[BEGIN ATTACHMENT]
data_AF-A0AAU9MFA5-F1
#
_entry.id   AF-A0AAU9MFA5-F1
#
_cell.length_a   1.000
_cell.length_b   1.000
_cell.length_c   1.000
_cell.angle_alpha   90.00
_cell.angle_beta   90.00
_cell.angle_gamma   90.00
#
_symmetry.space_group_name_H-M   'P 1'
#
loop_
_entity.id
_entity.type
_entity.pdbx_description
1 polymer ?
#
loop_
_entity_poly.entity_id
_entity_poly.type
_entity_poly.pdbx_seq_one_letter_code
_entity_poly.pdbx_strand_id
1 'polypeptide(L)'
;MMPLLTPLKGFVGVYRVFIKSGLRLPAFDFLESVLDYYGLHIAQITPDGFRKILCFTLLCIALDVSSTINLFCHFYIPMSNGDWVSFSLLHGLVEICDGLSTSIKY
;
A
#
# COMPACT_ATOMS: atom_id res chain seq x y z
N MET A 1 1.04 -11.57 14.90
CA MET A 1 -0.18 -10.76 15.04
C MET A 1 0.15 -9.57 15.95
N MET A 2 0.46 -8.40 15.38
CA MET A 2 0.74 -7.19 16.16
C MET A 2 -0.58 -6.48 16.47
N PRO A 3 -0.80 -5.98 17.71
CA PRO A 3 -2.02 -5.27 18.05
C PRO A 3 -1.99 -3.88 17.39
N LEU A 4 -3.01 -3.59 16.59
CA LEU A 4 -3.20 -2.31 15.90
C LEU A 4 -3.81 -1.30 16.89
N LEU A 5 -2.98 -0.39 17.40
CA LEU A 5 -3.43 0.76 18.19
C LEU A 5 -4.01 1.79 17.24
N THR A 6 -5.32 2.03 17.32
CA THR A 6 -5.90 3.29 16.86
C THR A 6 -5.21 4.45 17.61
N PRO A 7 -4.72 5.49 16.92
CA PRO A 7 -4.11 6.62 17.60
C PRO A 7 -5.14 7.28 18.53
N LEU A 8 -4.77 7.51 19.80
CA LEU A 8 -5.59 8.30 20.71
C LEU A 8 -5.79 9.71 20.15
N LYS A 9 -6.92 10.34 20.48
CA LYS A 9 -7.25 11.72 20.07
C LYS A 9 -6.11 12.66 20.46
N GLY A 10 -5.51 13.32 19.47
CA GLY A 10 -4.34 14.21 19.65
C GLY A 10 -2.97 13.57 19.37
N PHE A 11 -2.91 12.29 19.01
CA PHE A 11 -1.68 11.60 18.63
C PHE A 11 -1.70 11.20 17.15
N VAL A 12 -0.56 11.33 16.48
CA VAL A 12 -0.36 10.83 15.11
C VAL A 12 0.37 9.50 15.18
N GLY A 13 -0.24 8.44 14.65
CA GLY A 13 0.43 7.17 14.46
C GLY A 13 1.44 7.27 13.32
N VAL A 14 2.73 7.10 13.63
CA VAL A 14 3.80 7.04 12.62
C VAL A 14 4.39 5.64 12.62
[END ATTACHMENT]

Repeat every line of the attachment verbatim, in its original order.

data_AF-A0AAU9MFA5-F1
#
_entry.id   AF-A0AAU9MFA5-F1
#
_cell.length_a   1.000
_cell.length_b   1.000
_cell.length_c   1.000
_cell.angle_alpha   90.00
_cell.angle_beta   90.00
_cell.angle_gamma   90.00
#
_symmetry.space_group_name_H-M   'P 1'
#
loop_
_entity.id
_entity.type
_entity.pdbx_description
1 polymer ?
#
loop_
_entity_poly.entity_id
_entity_poly.type
_entity_poly.pdbx_seq_one_letter_code
_entity_poly.pdbx_strand_id
1 'polypeptide(L)'
;MMPLLTPLKGFVGVYRVFIKSGLRLPAFDFLESVLDYYGLHIAQITPDGFRKILCFTLLCIALDVSSTINLFCHFYIPMSNGDWVSFSLLHGLVEICDGLSTSIKY
;
A
#
# COMPACT_ATOMS: atom_id res chain seq x y z
N MET A 1 1.04 -11.57 14.90
CA MET A 1 -0.18 -10.76 15.04
C MET A 1 0.15 -9.57 15.95
N MET A 2 0.46 -8.40 15.38
CA MET A 2 0.74 -7.19 16.16
C MET A 2 -0.58 -6.48 16.47
N PRO A 3 -0.80 -5.98 17.71
CA PRO A 3 -2.02 -5.27 18.05
C PRO A 3 -1.99 -3.88 17.39
N LEU A 4 -3.01 -3.59 16.59
CA LEU A 4 -3.20 -2.31 15.90
C LEU A 4 -3.81 -1.30 16.89
N LEU A 5 -2.98 -0.39 17.40
CA LEU A 5 -3.43 0.76 18.19
C LEU A 5 -4.01 1.79 17.24
N THR A 6 -5.32 2.03 17.32
CA THR A 6 -5.90 3.29 16.86
C THR A 6 -5.21 4.45 17.61
N PRO A 7 -4.72 5.49 16.92
CA PRO A 7 -4.11 6.62 17.60
C PRO A 7 -5.14 7.28 18.53
N LEU A 8 -4.77 7.51 19.80
CA LEU A 8 -5.59 8.30 20.71
C LEU A 8 -5.79 9.71 20.15
N LYS A 9 -6.92 10.34 20.48
CA LYS A 9 -7.25 11.72 20.07
C LYS A 9 -6.11 12.66 20.46
N GLY A 10 -5.51 13.32 19.47
CA GLY A 10 -4.34 14.21 19.65
C GLY A 10 -2.97 13.57 19.37
N PHE A 11 -2.91 12.29 19.01
CA PHE A 11 -1.68 11.60 18.63
C PHE A 11 -1.70 11.20 17.15
N VAL A 12 -0.56 11.33 16.48
CA VAL A 12 -0.36 10.83 15.11
C VAL A 12 0.37 9.50 15.18
N GLY A 13 -0.24 8.44 14.65
CA GLY A 13 0.43 7.17 14.46
C GLY A 13 1.44 7.27 13.32
N VAL A 14 2.73 7.10 13.63
CA VAL A 14 3.80 7.04 12.62
C VAL A 14 4.39 5.64 12.62